In life, timing is everything. And, after seven years in the Farr 40 class, the timing was right for New York financier Alex Roepers to achieve a long-held goal of winning the Rolex Farr 40 World Championship.
For the last four days, 19 international teams have done battle on San Francisco Bay: two days of light breeze were followed by no sailing on the penultimate day of the competition – atypical conditions for this famed sailing arena. For the final day of racing, the fleet returned to Berkeley Circle and with time running out – no race could be started after 1530 – the southwesterly that the area is known for finally materialized and the last race of the series was underway at 1500 in a 10-12 knot breeze.
First around every mark, and across the finish line as well, was Wolfgang Schaefer’s German-flagged Struntje light. It was the second win of the series for Schaefer, whose wife, Angela, sails onboard, and it had the effect of moving them from sixth up to fourth in the overall standings with 41 points.
Second across the line was Martin Hill on Estate Master. The Australian team ended the series second overall with 34 points. Third to finish was the Mexican-flagged Flojito y Cooperando, driven by Julian Fernandez, which moved them up one spot in the overall standings to 11th, with 67 points. Italy’s defending Rolex Farr 40 World Champion, Alberto Rossi on Enfant Terrible, crossed the line sixth to retain third in the overall standings with 39 points.
Surprisingly, Roepers had his worst race of the championship series – a 10th-place finish – but the 18-point lead he had established in the first two days of racing proved unsurmountable by any other team. Roepers ended the series with 24 points, and a 10-point cushion over Martin Hill on Estate Master.
New Yorker, Alex Roepers has been crowned World Champion after taking 4 from 7 bullets on San Francisco Bay for the 2014 World Championships.
With just one point separating second, third and fourth place, crews were keen to hit the water this morning to fight it out for the big one but the bay didn’t deliver...boats sat on the water for hours before a race officials were fighting against the clock to get one race in and set a course prior to the 3.30PM final warning signal.
International Class President Martin Hill had another successful day on the water finishing with a 2nd place in the last race and maintaining their overall second position on 34 points.
The breeze that usually makes San Francisco such a popular place for sailors was noticeably absent for the penultimate day of competition at the Rolex Farr 40 World Championship. A low pressure system had siphoned most of the air off the Bay, and with the fleet drifting around on the Berkeley Circle for several hours, the Race Committee took the decision to abandon attempts to run a race.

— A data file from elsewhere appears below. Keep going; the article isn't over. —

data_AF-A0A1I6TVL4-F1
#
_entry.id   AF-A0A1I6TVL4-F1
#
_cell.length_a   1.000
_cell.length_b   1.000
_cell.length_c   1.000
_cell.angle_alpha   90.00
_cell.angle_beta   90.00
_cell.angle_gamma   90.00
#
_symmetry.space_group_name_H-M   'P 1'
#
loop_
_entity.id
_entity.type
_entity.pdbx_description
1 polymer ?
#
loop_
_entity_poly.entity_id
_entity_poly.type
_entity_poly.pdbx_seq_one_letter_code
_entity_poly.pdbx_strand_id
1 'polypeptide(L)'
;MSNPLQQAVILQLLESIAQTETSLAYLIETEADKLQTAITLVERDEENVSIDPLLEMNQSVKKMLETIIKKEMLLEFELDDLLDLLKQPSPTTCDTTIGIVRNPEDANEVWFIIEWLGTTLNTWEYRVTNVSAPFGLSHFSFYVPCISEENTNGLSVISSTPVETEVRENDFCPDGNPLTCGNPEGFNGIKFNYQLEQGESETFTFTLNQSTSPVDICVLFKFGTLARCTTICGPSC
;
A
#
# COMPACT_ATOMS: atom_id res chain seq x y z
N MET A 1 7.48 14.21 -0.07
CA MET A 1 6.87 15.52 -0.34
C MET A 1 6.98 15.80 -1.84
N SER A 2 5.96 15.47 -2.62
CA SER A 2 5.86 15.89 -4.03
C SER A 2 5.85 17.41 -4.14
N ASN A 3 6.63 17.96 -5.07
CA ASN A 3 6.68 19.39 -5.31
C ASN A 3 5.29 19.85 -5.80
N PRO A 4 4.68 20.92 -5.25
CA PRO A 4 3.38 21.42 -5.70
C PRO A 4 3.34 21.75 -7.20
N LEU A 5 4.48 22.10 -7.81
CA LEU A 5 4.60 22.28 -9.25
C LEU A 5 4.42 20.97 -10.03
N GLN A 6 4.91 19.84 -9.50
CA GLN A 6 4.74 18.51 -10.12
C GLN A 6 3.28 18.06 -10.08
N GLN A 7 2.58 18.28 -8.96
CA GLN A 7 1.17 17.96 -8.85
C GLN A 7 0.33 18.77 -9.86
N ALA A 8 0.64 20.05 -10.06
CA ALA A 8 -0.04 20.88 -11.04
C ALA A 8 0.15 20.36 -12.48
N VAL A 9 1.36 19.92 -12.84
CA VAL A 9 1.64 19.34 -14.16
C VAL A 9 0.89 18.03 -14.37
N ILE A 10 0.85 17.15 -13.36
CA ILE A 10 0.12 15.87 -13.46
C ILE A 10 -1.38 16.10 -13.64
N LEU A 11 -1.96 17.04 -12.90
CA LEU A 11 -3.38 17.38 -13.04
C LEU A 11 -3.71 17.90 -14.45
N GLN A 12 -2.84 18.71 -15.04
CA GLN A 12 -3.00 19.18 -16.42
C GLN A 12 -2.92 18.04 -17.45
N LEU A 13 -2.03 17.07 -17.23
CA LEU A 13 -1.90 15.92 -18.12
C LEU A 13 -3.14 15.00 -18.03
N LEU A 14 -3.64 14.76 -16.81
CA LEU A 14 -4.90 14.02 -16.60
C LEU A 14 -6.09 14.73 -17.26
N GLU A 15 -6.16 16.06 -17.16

“Basically the breeze didn’t cooperate,” said Principal Race Officer Peter Reggio. “We had a fairly nice forecast for the day of a southerly between 8-12 knots. We got out there for a noon start and waited around until about 1:30-2:00 p.m. and we finally got what looked like a nice sea breeze, a nice little westerly. It filled in for about 35 minutes and we started to set up a course and as we were doing that the breeze died and the Bay went back to glass. We brought the boats back up to the west of Alcatraz hoping that if the sea breeze came in later in the day we’d at least be closer to it.”
Day two of the Rolex Farr 40 World Championship was a testimonial to the tight competition in this high-caliber fleet with three winners in as many races. After an hour delay to allow the breeze to come up, the 19-strong international fleet was tested on San Francisco Bay by a building 10 to 16 knot seabreeze and a flood tide contributing to increasing chop as the day wore on.
Boat of the day honors were taken by Wolfgang Schaefer’s German-flagged Struntje light which won the first race of the day and then followed with finishes of 3-5.
“Conditions were not easy,” said Schaefer after racing. “The wind came up and was quite shifty. We have a very good crew and these guys did a very good job of taking care of me on the boat, and obviously the performance was not too bad. We had a terrible start; at the start we were last, and then, fortunately, at the first upwind mark we were first. We have a very good tactician and we were on the right side of the course and the pressure came from the right.”